Yotai Refractories Co., Ltd. (‘company’) primarily manufactures refractories, which is an indispensable basic material in the steel, chemical, cement, glass, and other high heat industries.
The company operates two segments: a) manufacturing of refractories (85-90% of sales based out of four factories in Japan), and b) engineering, which is the design and construction of kilns that meet the demand of refractory customers (based out of one subsidiary in China).
The company’s primary customer is the steel industry, which has been sluggish lately. This adversity was exacerbated by pandemic-related restrictions. Further, there were large increases in the price of raw materials sourced from China. Moreover, competition in the industry is fierce and intensifying.
It reported TTM sales (to September 2020) of 24.1b yen (FY 2019: 27.9b), ebitda of 4b yen (2019: 5.9b yen), and net profits of 2.2b yen (2019: 3.6b yen). Recent free cash flows were good at 5bn yen.
The financial position is strong with net cash of 9.6b yen and very strong current and liquid asset ratios. Adding in investment securities of 1.7b yen at market value (mostly Japanese stocks), the net current asset value is 22.3b yen.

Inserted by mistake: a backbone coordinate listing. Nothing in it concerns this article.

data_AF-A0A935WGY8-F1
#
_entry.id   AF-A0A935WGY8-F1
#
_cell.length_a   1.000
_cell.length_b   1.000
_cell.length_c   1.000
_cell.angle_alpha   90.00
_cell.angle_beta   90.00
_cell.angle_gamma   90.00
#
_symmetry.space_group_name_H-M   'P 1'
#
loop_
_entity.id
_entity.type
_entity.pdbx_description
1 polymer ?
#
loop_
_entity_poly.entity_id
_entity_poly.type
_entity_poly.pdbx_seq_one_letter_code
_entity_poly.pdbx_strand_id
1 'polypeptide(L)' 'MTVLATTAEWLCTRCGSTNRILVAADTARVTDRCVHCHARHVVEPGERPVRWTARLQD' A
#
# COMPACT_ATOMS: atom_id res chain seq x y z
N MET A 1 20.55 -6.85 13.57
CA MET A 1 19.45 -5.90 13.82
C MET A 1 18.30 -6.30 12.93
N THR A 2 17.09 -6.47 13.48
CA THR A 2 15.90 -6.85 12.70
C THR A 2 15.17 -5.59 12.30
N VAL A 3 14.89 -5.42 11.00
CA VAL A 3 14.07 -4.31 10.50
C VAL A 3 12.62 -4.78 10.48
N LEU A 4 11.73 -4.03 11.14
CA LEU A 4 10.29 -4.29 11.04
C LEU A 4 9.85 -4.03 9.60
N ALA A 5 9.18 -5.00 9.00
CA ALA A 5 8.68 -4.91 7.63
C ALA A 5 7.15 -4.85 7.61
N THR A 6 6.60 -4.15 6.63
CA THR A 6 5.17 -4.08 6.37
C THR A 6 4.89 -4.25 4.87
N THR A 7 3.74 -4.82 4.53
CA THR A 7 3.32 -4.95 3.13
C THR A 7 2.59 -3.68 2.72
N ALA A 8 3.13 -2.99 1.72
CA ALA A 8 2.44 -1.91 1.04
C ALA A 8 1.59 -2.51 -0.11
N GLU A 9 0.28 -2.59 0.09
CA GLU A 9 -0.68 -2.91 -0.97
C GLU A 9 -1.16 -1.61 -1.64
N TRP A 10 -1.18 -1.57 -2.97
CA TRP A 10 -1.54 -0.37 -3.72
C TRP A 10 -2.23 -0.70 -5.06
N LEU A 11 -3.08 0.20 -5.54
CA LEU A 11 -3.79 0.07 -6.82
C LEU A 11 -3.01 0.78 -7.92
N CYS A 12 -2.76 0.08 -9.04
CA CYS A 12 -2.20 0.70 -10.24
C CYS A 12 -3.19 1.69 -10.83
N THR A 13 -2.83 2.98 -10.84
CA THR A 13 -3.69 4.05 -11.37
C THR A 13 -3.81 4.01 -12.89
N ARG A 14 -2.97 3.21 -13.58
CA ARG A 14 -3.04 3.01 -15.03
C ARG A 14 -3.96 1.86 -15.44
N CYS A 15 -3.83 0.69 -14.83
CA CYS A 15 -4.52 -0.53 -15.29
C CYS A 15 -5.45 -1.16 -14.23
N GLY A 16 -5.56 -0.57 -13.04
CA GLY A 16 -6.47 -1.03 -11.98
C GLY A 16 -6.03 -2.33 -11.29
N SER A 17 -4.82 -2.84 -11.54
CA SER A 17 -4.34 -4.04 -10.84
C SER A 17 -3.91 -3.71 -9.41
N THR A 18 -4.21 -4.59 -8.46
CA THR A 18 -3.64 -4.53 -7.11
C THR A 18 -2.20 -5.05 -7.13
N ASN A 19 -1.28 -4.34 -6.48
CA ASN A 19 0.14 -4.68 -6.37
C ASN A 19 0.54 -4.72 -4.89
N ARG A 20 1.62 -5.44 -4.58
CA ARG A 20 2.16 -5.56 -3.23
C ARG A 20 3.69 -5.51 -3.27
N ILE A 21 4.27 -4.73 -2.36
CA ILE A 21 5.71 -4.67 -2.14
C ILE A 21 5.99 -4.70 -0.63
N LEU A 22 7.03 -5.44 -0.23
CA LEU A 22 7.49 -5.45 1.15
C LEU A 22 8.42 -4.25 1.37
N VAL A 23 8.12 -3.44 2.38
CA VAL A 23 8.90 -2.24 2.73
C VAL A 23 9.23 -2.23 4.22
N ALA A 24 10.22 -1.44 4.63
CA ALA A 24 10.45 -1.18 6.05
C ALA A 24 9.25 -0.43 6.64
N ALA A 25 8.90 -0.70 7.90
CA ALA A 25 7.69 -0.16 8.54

The stock is selling for 18.5b yen – a 17% discount to the above minimum liquidation value, and 8.4x depressed ttm earnings or 5.1x 2019 earnings.
Dividend payouts are meagre with ttm dividends at 352m yen – a laughable 3.7% of the cash balance. There were repurchases in the last year of 130m yen – but the total shareholder yield amounts to a measly 2.6% at market.
Even after accounting for the planned capital expenditure of 500m yen on two more factories in Japan, the cash balance is clearly excessive and management ought to pay out more to shareholders. However, 10%+ returns on tangible assets promises some comfort to minority shareholders in case of further related capital expenditures.
Though the outlook is bleak, the company operates in a basic industry, and is likely to continue earning over the long future pretty much as before. Prospective investors aren’t taking much of a risk buying stock at the current price, which appears to provide an adequate safety margin to absorb future shocks.